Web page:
Horace, Lib. 2. Sat. 6. Part of it imitated.
Attribution:
Attributed To:
Not attributed
First Line:
Parson these things in thy possessing
Page No:
pp.42-43
Poem Title:
The Happy Life of a Country Parson. In Imitation of Martial.
Attribution:
Attributed To:
Not attributed
First Line:
Women tho nat sans leacherie
Page No:
pp.44-45
Poem Title:
A Tale of Chaucer. Lately found in an old Manuscript.
Attribution:
Attributed To:
Not attributed
First Line:
In every town where Thamis rolls his tide
Page No:
pp.46-50
Poem Title:
The Alley. An Imitation of Spenser.
Attribution:
Attributed To:
Not attributed
First Line:
In Yorkshire dwelt a sober yeoman
Page No:
pp.51-53
Poem Title:
The Capon's Tale: To a Lady who father'd her Lampoons upon her Acquaintance.
Attribution:
Attributed To:
Not attributed
First Line:
Peruse my leaves through every part
Page No:
pp.54-55
Poem Title:
Verses Wrote on a Lady's Ivory Table-Book.
Attribution:
Attributed To:
Not attributed
First Line:
Humbly sheweth | That I went to warm my self in Lady Betty's chamber because I was cold
Page No:
pp.56-64
Poem Title:
To their Excellencies the Lords Justices of Ireland. The Humble Petition of Frances Harris, Who must starve, and die a Maid if it miscarries.
Attribution:
Attributed To:
Not attributed
First Line:
Once on a time as old stories rehearse
Page No:
pp.65-67
Poem Title:
Lady B--- B--- finding in the Author's Room some Verses unfinished, underwrit a Stanza of her own, with Raillery upon him, which gave Occasion to this Ballad.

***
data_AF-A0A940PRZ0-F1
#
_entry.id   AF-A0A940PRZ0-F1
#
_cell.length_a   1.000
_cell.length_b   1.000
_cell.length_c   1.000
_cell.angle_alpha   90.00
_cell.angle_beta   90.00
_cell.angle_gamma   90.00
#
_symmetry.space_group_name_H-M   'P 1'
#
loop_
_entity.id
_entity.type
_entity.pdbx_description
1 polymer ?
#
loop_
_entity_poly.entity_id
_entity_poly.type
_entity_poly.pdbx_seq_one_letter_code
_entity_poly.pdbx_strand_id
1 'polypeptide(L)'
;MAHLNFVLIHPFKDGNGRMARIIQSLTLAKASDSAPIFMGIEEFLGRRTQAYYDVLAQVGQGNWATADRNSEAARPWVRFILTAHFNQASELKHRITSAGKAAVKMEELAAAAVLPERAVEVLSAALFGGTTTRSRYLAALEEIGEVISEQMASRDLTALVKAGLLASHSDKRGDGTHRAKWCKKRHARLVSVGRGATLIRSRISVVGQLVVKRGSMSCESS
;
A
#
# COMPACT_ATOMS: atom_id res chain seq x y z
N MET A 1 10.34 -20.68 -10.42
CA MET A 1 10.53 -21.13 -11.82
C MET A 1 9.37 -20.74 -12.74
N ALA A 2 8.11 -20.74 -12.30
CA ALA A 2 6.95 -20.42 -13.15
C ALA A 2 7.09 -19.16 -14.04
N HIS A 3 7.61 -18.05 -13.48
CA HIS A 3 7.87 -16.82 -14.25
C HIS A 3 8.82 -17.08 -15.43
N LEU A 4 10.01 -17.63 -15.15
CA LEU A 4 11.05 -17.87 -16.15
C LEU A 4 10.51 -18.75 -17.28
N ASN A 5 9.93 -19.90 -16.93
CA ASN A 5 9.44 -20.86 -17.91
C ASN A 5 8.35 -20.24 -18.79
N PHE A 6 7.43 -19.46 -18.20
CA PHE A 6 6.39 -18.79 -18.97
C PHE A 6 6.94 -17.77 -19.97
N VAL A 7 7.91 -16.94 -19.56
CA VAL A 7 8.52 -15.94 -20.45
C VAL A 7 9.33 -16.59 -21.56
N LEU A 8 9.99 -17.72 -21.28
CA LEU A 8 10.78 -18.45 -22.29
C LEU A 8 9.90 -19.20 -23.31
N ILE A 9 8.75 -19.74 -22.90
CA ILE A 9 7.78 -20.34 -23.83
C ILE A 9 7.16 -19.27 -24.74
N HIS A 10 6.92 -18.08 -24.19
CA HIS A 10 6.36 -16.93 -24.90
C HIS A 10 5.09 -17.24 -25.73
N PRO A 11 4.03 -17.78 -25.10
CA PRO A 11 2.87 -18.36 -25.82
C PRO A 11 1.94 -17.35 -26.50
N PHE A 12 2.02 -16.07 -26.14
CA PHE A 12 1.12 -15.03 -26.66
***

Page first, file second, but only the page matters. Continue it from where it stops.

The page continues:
Attribution:
Attributed To:
Not attributed
First Line:
In times of old when time was young
Page No:
pp.68-76
Poem Title:
V------'s House. Built from the Ruins of Whitehall that was Burnt.
Attribution:
Attributed To:
Not attributed
First Line:
When Mother Clud had rose from play
Page No:
pp.77-80
Poem Title:
The History of V-----'s House.
Attribution:
Attributed To:
Not attributed
First Line:
The rod was but a harmless wand
Page No:
pp.81-86
Poem Title:
The Virtues of Sid Hamet the Magician's Rod.
Attribution:
Attributed To:
Not attributed
First Line:
Atlas we read in ancient song
Page No:
pp.87-88
Poem Title:
Atlas: or, the Minister of State. To the Lord Treasurer Oxford.
Attribution:
Attributed To:
Not attributed
First Line:
As mastiff dogs in modern phrase are
Page No:
pp.89-93
Poem Title:
The Description of a Salamander. Out of Pliny's Nat. Hist. lib. 10. c. 67. & lib. 29. c. 4.
Attribution:
Attributed To:
Not attributed
First Line:
Ere bribes convince you whom to choose
Page No:
pp.94-96
Poem Title:
The Elephant: or, the Parliament Man. Written many Years since. Taken from Coke's Institutes.
Attribution:
Attributed To:
Not attributed
First Line:
Well tis as Bickerstaff has guessed
Page No:
pp.97-103
Poem Title:
An Elegy On the supposed Death of Partrige [sic] the Almanack-Maker.
Attribution:
Attributed To:
Not attributed
First Line: